What’s going on in financial markets? Which macro themes should you watch? Drawing on our depth and breadth of market and economic expertise, Market Pulse brings you insights on the latest investment themes to help preserve and grow your wealth.
- The non-Manufacturing ISM for March was released last week. This had been falling since November as the Omicron variant led to reductions in mobility, although it remained at very high levels. It was hoped that as the infection rates declined, we would see a pick-up. So far, there has been a strong rebound in the index to 58.3. The survey was taken after the invasion of Ukraine began so there will have been some impact. But despite this, strong economic momentum was returning.
- Euro area retail sales for February increased month-on-month and there were upward revisions to the December figure, showing that there was momentum building in the euro area as the pandemic-related restrictions were being lifted. This data relates to the period before Russia’s invasion of Ukraine – and while it will have a negative impact, it does indicate that strong momentum existed in the euro area economy prior to the war. This should help offset some of the negative impact stemming from it.
- The first round of the French presidential election took place over the weekend. President Emmanuel Macron led the field, beating Marine Le Pen by 5%. The run-off happens in two weeks and the polls are predicting a similar margin of victory for Macron. There is relief that the polls were accurate, and that President Macron still leads. However, there is nervousness as the lead has been declining. A victory for Le Pen would be negative for French and euro area assets but there would be little implication outside of that.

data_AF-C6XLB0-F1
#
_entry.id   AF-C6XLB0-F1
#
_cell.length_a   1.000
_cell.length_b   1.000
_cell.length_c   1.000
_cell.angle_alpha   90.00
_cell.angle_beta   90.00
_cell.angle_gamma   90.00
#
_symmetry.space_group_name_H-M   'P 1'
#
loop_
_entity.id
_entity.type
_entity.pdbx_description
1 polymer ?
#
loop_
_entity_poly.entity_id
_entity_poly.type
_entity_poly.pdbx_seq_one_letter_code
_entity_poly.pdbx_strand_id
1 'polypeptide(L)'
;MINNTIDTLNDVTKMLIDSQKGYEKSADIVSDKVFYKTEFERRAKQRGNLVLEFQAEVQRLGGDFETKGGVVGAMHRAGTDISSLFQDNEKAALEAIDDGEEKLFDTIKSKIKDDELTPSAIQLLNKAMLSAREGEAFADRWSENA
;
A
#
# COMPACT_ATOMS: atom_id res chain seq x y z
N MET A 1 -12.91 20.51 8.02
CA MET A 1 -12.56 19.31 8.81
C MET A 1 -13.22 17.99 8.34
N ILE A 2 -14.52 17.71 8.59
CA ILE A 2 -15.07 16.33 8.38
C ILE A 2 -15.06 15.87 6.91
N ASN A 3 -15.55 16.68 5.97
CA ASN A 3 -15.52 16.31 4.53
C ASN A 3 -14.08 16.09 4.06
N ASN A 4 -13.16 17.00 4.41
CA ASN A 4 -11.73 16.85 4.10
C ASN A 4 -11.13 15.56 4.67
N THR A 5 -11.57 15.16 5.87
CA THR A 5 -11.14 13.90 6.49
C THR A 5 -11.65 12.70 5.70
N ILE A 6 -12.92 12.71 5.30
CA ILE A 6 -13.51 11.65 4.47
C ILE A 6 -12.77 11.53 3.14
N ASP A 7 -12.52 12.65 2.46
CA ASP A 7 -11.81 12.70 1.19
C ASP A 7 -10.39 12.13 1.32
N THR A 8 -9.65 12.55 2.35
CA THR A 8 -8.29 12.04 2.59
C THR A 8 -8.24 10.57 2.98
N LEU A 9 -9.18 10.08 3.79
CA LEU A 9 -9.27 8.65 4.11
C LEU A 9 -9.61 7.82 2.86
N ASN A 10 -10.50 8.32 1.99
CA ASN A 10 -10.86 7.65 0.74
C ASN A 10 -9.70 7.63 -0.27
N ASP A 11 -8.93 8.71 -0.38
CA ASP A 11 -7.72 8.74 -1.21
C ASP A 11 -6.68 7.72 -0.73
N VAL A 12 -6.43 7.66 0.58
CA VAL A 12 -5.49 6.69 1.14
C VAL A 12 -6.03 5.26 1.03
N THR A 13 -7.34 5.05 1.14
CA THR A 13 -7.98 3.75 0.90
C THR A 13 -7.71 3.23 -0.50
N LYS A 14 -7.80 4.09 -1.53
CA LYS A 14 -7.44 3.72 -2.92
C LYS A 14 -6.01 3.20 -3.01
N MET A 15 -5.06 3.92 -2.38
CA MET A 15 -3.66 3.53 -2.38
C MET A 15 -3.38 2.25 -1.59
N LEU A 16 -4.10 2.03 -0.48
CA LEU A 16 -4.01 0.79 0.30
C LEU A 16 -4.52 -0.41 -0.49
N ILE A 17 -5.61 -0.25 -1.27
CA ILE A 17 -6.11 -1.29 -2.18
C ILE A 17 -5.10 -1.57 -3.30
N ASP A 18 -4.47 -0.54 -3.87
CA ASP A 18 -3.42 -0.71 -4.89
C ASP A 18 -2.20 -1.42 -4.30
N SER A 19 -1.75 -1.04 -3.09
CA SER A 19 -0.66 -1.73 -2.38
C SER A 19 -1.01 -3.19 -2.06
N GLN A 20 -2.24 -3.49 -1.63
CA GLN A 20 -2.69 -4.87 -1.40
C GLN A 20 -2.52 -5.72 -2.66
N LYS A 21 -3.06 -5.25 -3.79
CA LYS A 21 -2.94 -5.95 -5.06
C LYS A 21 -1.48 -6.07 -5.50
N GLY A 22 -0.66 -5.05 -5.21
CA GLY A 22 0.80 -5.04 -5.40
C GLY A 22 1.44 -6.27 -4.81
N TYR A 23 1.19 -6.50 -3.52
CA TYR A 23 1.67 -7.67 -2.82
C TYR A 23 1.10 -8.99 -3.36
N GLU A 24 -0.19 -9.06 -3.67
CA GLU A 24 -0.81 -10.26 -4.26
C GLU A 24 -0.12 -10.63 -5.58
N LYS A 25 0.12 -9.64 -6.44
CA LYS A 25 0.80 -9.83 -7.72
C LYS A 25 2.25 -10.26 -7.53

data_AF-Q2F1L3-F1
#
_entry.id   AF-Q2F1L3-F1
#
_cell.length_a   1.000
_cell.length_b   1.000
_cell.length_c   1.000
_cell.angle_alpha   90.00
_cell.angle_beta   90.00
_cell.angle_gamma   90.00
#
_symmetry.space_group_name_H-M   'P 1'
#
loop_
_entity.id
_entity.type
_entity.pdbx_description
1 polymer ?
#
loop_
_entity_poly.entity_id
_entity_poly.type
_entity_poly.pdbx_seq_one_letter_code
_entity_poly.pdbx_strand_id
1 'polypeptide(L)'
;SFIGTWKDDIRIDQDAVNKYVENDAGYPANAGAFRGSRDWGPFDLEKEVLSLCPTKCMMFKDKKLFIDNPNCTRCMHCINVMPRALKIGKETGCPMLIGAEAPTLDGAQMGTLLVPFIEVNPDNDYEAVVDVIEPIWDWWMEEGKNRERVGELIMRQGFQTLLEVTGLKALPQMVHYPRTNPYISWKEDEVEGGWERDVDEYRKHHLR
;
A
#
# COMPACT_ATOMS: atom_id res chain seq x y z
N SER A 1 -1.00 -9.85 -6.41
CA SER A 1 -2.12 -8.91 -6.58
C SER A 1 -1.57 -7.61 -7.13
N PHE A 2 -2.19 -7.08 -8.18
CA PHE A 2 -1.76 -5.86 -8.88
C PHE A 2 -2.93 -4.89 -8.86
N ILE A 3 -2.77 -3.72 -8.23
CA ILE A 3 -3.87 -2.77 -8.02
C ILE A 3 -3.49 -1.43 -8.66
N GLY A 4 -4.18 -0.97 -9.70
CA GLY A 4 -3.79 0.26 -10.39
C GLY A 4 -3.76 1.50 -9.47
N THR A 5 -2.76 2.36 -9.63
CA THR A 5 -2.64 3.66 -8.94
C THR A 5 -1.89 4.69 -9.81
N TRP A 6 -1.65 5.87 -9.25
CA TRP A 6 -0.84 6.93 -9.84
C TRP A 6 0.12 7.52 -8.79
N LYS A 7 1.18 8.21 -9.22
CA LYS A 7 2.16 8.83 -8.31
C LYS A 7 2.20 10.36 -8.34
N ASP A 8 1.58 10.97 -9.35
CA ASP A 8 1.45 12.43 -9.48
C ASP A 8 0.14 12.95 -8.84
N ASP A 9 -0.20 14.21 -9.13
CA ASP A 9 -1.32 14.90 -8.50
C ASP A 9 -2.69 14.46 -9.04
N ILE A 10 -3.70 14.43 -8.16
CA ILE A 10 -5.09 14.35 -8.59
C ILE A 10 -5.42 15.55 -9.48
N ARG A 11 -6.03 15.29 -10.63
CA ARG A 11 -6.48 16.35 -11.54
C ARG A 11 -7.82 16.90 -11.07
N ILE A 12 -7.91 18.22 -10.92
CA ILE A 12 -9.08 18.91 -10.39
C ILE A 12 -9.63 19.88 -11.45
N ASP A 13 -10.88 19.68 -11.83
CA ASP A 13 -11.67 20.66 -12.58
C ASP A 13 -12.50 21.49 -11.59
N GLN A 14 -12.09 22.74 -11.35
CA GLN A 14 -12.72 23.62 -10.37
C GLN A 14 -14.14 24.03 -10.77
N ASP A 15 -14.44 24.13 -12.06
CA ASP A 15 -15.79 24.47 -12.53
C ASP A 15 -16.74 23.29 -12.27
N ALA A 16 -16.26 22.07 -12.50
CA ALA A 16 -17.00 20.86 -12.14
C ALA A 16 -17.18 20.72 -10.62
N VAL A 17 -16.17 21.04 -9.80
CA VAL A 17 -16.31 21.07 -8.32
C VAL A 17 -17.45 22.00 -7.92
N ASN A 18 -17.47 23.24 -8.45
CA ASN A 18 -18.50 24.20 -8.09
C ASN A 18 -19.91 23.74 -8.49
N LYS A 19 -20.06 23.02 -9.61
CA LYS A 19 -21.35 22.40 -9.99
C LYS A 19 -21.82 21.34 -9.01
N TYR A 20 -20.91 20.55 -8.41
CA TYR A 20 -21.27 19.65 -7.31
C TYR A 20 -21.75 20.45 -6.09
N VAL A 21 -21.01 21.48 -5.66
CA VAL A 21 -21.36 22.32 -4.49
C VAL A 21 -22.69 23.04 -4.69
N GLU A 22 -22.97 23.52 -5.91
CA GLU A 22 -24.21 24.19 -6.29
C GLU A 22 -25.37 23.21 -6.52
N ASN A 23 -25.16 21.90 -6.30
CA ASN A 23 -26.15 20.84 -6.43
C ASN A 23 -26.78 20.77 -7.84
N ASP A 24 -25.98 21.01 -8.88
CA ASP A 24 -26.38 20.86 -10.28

- The release of the Federal Reserve’s FOMC meeting minutes was one of the highlights last week. At the margin, they were slightly more ‘hawkish’ than expected. It was a much closer call between a hike of 25bps and one of 50ps than people thought. There was talk of the pace of balance sheet reduction, and the committee seems to be moving to a bigger figure, $95bn per month compared to the $80bn that had been expected.
- Reaction on the day was muted but it added to the pressure that bond markets have been under. In the US, 10-year yields rose 30bps last week. The euro area held up better, with 10-year up ‘only’ 10bps. It was interesting to see one of the major US investment banks move their multi-asset models to a neutral weighting in US Treasuries and seeing value at these levels. We have similar views and are reducing the scale of our underweight position in fixed income.
- Equity markets were also under pressure last week but ended flat in euro terms. There was a big shift towards the defensive sectors with Healthcare, Utilities and Consumer Staples up between 3% and 5% in euro terms. We favour Healthcare most amongst the defensive sectors. It has a better profit growth track record and is relatively immune to the cost pressures we see across many sectors.
Chart of the week: Healthcare is in recovery mode
After a dull 2021, when Healthcare delivered close to world index returns, the sector is starting to attract investors. A dull 2021 was not surprising given the scale of the profit recovery across the broad market. Healthcare delivered only about half the level of growth in global earnings. This year, it is looking different. Currently, the sector is expected to deliver slightly higher growth than the market but with much less risk around that forecast relative to the rest of the market. This is starting to attract investors, and we expect that to continue.
Please note: There will be no Market Pulse on Easter Monday. We will be back with the next edition of Market Pulse on Monday, 25 April.
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